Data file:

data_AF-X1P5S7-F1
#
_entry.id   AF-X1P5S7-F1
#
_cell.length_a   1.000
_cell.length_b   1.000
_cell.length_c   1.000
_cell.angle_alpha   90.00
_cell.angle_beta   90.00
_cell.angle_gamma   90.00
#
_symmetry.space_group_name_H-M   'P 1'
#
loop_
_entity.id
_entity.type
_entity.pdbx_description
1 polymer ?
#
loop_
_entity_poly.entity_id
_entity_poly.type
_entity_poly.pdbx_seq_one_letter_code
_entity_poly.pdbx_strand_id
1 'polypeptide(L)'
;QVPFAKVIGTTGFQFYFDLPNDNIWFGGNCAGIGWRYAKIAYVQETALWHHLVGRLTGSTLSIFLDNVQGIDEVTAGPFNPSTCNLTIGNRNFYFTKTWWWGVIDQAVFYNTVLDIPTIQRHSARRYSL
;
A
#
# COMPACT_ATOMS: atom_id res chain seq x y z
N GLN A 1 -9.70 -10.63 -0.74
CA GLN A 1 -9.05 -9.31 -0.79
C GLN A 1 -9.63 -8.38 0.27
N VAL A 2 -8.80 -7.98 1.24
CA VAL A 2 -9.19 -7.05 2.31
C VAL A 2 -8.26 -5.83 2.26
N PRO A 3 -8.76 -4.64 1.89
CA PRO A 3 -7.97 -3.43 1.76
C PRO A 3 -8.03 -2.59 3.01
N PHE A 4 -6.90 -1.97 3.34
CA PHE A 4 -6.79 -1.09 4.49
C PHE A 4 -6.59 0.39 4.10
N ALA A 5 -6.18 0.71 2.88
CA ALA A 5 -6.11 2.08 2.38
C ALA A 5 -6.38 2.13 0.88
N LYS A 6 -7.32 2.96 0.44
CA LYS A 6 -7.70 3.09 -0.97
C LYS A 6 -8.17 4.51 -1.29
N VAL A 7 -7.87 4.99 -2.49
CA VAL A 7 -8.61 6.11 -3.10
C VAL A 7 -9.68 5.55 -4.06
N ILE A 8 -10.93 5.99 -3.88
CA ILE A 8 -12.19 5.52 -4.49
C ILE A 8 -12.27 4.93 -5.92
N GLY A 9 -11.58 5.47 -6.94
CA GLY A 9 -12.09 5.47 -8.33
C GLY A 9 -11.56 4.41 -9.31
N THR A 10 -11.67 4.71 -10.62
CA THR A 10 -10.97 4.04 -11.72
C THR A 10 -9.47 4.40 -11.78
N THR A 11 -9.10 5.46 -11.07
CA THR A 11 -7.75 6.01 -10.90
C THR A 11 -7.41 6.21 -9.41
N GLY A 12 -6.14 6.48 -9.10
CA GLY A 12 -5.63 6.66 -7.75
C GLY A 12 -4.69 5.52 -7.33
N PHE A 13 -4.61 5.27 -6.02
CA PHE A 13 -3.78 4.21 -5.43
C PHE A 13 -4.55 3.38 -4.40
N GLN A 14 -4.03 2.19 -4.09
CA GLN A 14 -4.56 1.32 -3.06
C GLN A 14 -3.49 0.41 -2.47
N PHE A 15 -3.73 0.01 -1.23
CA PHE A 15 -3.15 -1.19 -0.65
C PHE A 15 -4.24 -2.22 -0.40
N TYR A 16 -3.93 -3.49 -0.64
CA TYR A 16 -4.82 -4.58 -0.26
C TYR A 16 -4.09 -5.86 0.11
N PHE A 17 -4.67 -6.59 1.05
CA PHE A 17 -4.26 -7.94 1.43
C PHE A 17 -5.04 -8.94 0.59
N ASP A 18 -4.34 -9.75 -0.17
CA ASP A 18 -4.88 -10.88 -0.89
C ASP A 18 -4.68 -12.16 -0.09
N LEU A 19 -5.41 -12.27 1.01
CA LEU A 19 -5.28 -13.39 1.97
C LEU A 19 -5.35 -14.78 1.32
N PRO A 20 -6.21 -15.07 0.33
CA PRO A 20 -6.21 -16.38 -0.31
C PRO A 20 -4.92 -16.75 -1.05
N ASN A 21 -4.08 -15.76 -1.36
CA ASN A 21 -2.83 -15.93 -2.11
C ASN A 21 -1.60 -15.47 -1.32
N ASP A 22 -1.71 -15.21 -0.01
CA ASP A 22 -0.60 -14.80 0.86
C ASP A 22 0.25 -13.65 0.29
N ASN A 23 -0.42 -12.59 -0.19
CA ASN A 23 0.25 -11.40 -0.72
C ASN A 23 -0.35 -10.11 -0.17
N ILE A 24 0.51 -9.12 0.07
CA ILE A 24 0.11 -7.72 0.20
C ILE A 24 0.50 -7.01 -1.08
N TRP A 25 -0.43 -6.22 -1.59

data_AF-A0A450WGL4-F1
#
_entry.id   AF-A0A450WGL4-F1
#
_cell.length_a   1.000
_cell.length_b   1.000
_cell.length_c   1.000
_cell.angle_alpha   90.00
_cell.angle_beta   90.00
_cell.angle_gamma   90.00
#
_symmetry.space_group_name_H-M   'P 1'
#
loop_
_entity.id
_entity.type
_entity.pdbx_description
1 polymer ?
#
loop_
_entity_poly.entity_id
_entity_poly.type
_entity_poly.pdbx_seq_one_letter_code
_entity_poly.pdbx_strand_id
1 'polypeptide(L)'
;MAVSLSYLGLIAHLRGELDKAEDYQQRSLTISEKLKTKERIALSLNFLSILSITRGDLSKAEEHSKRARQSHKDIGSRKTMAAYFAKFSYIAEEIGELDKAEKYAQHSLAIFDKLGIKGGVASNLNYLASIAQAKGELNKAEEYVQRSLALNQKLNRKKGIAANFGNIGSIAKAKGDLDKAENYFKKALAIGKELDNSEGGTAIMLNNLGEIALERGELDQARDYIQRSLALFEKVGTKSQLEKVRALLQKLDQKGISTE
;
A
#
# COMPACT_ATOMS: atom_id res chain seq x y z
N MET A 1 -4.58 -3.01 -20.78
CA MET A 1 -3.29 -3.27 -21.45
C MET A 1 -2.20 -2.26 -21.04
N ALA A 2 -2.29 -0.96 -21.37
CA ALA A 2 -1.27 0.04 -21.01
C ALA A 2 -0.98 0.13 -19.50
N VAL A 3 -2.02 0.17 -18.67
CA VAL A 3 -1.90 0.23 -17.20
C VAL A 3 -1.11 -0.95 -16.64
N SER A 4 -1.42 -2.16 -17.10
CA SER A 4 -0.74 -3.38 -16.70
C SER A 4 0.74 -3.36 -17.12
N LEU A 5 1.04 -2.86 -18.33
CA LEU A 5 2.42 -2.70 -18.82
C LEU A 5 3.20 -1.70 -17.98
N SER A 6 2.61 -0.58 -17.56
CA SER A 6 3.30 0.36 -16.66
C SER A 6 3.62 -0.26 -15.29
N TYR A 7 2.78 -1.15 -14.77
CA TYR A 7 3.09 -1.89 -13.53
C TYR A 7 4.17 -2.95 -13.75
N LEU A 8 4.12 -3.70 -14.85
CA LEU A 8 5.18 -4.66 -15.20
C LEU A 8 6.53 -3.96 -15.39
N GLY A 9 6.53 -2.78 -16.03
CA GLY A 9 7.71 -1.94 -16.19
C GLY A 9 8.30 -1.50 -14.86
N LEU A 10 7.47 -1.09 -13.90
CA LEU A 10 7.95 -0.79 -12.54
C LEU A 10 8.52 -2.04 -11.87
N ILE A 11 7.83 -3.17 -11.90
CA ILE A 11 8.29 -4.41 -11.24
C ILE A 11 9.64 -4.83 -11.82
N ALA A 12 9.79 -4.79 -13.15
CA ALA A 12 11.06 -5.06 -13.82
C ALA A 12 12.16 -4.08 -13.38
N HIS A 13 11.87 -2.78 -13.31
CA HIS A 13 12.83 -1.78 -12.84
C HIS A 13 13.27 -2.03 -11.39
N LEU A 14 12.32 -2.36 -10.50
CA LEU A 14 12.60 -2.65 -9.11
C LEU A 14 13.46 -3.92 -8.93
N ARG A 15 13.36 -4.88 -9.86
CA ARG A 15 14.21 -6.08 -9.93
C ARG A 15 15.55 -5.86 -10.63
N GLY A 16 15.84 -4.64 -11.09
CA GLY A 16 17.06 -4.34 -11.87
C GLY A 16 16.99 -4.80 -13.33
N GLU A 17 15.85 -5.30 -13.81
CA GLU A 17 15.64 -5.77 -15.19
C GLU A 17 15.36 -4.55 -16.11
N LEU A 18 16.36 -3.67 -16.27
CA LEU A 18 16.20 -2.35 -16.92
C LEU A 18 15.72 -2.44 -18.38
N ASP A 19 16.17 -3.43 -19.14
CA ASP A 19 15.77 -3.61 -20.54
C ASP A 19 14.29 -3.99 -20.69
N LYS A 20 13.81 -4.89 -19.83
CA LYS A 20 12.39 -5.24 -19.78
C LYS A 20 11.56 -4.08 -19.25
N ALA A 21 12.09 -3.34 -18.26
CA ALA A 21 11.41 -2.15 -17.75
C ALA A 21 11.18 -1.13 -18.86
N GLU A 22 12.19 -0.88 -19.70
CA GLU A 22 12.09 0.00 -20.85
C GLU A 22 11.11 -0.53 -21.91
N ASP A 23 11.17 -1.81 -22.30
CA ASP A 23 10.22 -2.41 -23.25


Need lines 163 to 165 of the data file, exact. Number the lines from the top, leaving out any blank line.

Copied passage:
C LEU A 10 8.52 -2.04 -11.87
N ILE A 11 7.83 -3.17 -11.90
CA ILE A 11 8.29 -4.41 -11.24